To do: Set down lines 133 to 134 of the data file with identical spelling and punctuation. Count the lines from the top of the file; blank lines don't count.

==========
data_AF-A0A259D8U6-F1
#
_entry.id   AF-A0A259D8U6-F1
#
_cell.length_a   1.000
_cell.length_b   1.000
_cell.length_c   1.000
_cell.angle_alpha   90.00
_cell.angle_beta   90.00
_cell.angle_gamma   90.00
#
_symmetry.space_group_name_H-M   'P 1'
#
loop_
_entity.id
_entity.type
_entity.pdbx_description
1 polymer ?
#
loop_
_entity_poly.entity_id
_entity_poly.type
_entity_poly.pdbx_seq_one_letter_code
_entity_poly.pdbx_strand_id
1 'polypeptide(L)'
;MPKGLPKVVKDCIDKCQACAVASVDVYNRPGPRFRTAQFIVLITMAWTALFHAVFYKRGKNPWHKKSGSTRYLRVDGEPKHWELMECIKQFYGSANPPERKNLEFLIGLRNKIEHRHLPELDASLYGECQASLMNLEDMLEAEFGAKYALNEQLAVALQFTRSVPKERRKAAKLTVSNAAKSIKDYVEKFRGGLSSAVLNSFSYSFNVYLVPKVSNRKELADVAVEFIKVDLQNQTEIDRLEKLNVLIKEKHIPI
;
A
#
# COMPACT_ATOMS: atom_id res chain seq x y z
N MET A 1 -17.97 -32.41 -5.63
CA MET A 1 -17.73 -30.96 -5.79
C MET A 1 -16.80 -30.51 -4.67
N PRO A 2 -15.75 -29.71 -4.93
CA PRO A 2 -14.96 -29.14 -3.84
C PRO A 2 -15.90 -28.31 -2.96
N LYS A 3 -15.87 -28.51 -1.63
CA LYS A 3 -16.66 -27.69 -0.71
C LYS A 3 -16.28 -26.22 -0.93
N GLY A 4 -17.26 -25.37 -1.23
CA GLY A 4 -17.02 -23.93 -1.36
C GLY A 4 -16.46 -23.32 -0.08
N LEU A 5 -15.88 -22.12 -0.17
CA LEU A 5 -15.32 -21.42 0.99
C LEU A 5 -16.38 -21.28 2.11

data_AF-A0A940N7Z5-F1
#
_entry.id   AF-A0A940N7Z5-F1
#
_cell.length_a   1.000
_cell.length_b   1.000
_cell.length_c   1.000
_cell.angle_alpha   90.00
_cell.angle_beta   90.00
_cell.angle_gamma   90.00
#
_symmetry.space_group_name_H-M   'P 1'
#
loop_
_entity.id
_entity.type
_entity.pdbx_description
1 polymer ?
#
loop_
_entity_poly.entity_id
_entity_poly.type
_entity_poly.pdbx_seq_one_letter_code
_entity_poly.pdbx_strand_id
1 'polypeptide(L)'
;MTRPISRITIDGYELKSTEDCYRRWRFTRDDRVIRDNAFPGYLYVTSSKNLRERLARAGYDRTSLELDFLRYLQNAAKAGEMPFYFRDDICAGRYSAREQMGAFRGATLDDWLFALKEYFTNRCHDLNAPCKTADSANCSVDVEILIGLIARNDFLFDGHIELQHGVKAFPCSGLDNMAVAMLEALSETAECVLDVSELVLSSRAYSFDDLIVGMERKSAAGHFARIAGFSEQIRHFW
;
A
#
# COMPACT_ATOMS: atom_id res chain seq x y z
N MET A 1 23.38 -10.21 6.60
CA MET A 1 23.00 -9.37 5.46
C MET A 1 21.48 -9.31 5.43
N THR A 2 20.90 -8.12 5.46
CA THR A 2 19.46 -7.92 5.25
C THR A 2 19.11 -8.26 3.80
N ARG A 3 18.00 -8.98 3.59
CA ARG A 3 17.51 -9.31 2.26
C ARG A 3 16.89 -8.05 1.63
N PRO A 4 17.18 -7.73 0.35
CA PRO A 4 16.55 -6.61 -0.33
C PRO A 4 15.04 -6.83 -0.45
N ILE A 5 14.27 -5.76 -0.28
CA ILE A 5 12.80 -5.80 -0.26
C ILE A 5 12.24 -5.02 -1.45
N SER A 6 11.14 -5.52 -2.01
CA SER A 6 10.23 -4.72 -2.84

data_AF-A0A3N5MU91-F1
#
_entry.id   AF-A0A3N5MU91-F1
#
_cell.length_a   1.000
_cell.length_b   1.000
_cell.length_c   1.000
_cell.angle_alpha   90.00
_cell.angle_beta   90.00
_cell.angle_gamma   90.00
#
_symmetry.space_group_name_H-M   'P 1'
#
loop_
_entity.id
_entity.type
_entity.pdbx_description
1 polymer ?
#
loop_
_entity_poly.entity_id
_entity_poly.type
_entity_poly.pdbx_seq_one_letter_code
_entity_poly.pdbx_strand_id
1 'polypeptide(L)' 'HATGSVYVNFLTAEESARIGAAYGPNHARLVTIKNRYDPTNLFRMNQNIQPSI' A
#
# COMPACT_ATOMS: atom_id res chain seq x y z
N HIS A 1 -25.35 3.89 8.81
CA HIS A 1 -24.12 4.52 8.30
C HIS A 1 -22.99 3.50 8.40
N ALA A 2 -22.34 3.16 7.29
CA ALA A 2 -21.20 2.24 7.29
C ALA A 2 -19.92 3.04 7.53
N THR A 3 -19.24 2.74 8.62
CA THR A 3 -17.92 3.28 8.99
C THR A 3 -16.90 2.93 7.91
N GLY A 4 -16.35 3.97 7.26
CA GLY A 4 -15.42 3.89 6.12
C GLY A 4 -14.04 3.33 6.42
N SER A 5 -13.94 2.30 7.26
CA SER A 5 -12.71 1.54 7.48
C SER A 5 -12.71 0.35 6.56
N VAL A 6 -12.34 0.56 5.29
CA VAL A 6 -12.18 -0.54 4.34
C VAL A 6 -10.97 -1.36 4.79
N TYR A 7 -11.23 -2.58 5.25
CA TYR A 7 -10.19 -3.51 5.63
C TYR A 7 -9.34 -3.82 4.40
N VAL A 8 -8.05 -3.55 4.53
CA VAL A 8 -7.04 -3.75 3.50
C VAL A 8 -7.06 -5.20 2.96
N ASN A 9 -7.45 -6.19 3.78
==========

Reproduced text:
CA SER A 5 -12.71 1.54 7.48
C SER A 5 -12.71 0.35 6.56